Bills, Laws, Regulations & Policies – Understanding the Differences

A legislator recently contacted me regarding an email he received from a constituent asking questions about a bill that had passed that caused her son’s Medicaid waiver funding to be reduced. The legislator could not understand how such a bill could pass without him knowing about it, let alone knowing enough detail to answer the constituent’s question. Come to find out, it was not a bill as the constituent had stated, it was the policy regarding the Objective Based Budget Allocation (OBA) process that was put into place by the Division of Disability and Rehabilitative Services (DDRS).

While bills did pass in the recent legislative session that could affect waiver budgets, this issue was specifically on the OBA process for waivers.  I took this as an opportunity to educate the legislator on the good, the bad and the ugly regarding OBA, as well as to apologize for legislators getting criticized for something they had not enacted.

It is really important that we all understand the difference between a bill, a law, a regulation and a policy.  In a nut shell, bills that go through the legislative process and are signed by the Governor become law; regulations are proposed by the administrative branch, go through public hearing process, are approved by the Governor, and have the force of law; policies are put into place by the administrative branch, may or may not go through a public hearing process, and while they do not have the force of law, they can greatly impact how programs and services are implemented.

Trust me, I recognize the glazed over eyes when I talk about this. I understand that not everyone is as passionate about this as me. Although I think about the public policy process as giant chess game, others liken it to watching sausage being made….YUCK!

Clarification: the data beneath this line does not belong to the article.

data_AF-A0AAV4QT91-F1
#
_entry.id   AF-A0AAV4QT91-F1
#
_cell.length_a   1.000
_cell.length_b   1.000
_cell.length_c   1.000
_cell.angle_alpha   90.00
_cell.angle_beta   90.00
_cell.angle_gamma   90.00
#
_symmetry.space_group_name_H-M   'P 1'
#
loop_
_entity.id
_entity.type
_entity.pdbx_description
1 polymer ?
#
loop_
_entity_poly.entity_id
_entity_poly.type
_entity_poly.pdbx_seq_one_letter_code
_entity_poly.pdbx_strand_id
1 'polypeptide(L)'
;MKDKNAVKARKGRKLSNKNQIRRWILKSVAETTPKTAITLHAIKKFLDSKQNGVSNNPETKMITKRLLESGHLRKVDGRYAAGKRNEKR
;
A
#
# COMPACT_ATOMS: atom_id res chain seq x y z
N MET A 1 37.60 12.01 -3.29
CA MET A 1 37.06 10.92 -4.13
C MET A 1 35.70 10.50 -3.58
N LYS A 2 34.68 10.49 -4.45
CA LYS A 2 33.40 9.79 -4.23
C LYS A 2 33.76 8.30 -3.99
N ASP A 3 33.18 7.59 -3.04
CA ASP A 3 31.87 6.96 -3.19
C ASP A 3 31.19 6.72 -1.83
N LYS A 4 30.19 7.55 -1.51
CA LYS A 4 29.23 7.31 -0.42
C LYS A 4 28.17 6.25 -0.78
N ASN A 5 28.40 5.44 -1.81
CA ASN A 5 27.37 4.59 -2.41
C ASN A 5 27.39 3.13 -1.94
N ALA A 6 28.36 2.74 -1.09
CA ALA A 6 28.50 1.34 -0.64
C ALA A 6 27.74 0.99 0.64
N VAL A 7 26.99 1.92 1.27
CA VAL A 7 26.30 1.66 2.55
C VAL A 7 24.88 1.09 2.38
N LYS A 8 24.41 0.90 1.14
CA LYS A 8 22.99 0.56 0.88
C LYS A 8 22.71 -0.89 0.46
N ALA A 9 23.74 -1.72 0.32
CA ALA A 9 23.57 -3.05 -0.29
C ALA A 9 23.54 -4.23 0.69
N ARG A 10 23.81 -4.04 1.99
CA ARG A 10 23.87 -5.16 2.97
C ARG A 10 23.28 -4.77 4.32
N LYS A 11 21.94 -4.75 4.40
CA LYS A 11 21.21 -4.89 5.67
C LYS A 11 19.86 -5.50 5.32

All fun aside, it is critically important that we all put forth accurate information to our lawmakers.  We want to show them we understand the process, know what we are talking about, and can be a trusted source of credible information.  Whether we are paid lobbyists, professionals in the field, a parent or a person with a disability, we do this so that lawmakers will contact us for input and advice on issues facing people with intellectual and other developmental disabilities.

In the case of how OBA is impacting individuals and families, let your legislators know how this policy of the Division of Disability and Rehabilitative Services (DDRS) is impacting you and your love one, and ask if he or she can contact DDRS.  This will help make your legislator aware of your concern, offer him or her the opportunity to intervene, and establish yourself as a source of information on how state policies impact individual constituents.

The Arc is always here to help.  Please don’t ever hesitate to contact us if you have a question about how to clearly state an issue or concern.  It benefits us all to work together and share information.  You can contact us at 317-977-2375, 800-382-9100 or thearc@arcind.org. You might also find it helpful to read our Advocacy Guide.

Finally, stay connected and informed by visiting us at www.arcind.org

Kim Dodson is The Arc of Indiana’s Associate Executive Director